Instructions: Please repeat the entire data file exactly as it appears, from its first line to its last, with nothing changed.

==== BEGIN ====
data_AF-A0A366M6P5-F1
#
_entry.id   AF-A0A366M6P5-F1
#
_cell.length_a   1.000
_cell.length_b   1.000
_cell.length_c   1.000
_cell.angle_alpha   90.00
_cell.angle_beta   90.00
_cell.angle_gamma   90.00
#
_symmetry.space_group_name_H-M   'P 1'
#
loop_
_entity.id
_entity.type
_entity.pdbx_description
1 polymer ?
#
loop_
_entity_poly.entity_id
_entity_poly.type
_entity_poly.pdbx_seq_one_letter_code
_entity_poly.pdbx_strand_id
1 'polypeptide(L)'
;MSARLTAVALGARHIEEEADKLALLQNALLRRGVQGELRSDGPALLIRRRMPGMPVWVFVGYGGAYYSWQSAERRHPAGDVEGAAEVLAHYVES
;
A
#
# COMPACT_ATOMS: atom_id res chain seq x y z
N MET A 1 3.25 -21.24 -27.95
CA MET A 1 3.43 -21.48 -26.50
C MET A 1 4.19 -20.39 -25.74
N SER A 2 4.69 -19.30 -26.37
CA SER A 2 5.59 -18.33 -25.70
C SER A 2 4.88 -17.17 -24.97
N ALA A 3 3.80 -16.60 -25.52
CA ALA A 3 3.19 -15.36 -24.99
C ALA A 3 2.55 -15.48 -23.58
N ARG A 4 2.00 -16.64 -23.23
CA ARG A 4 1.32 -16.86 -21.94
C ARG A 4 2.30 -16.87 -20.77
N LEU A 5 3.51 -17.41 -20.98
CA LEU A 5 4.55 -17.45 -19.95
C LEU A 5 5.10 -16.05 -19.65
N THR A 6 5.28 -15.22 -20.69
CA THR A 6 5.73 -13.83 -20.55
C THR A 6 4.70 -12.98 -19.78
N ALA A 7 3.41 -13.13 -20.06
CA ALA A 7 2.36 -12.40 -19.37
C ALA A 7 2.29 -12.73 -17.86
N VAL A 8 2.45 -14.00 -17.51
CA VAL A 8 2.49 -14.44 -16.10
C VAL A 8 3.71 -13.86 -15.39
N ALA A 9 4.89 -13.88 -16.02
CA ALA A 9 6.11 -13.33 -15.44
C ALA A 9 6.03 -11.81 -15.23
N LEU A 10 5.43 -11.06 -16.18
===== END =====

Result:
data_AF-A0A366M6P5-F1
#
_entry.id   AF-A0A366M6P5-F1
#
_cell.length_a   1.000
_cell.length_b   1.000
_cell.length_c   1.000
_cell.angle_alpha   90.00
_cell.angle_beta   90.00
_cell.angle_gamma   90.00
#
_symmetry.space_group_name_H-M   'P 1'
#
loop_
_entity.id
_entity.type
_entity.pdbx_description
1 polymer ?
#
loop_
_entity_poly.entity_id
_entity_poly.type
_entity_poly.pdbx_seq_one_letter_code
_entity_poly.pdbx_strand_id
1 'polypeptide(L)'
;MSARLTAVALGARHIEEEADKLALLQNALLRRGVQGELRSDGPALLIRRRMPGMPVWVFVGYGGAYYSWQSAERRHPAGDVEGAAEVLAHYVES
;
A
#
# COMPACT_ATOMS: atom_id res chain seq x y z
N MET A 1 3.25 -21.24 -27.95
CA MET A 1 3.43 -21.48 -26.50
C MET A 1 4.19 -20.39 -25.74
N SER A 2 4.69 -19.30 -26.37
CA SER A 2 5.59 -18.33 -25.70
C SER A 2 4.88 -17.17 -24.97
N ALA A 3 3.80 -16.60 -25.52
CA ALA A 3 3.19 -15.36 -24.99
C ALA A 3 2.55 -15.48 -23.58
N ARG A 4 2.00 -16.64 -23.23
CA ARG A 4 1.32 -16.86 -21.94
C ARG A 4 2.30 -16.87 -20.77
N LEU A 5 3.51 -17.41 -20.98
CA LEU A 5 4.55 -17.45 -19.95
C LEU A 5 5.10 -16.05 -19.65
N THR A 6 5.28 -15.22 -20.69
CA THR A 6 5.73 -13.83 -20.55
C THR A 6 4.70 -12.98 -19.78
N ALA A 7 3.41 -13.13 -20.06
CA ALA A 7 2.36 -12.40 -19.37
C ALA A 7 2.29 -12.73 -17.86
N VAL A 8 2.45 -14.00 -17.51
CA VAL A 8 2.49 -14.44 -16.10
C VAL A 8 3.71 -13.86 -15.39
N ALA A 9 4.89 -13.88 -16.02
CA ALA A 9 6.11 -13.33 -15.44
C ALA A 9 6.03 -11.81 -15.23
N LEU A 10 5.43 -11.06 -16.18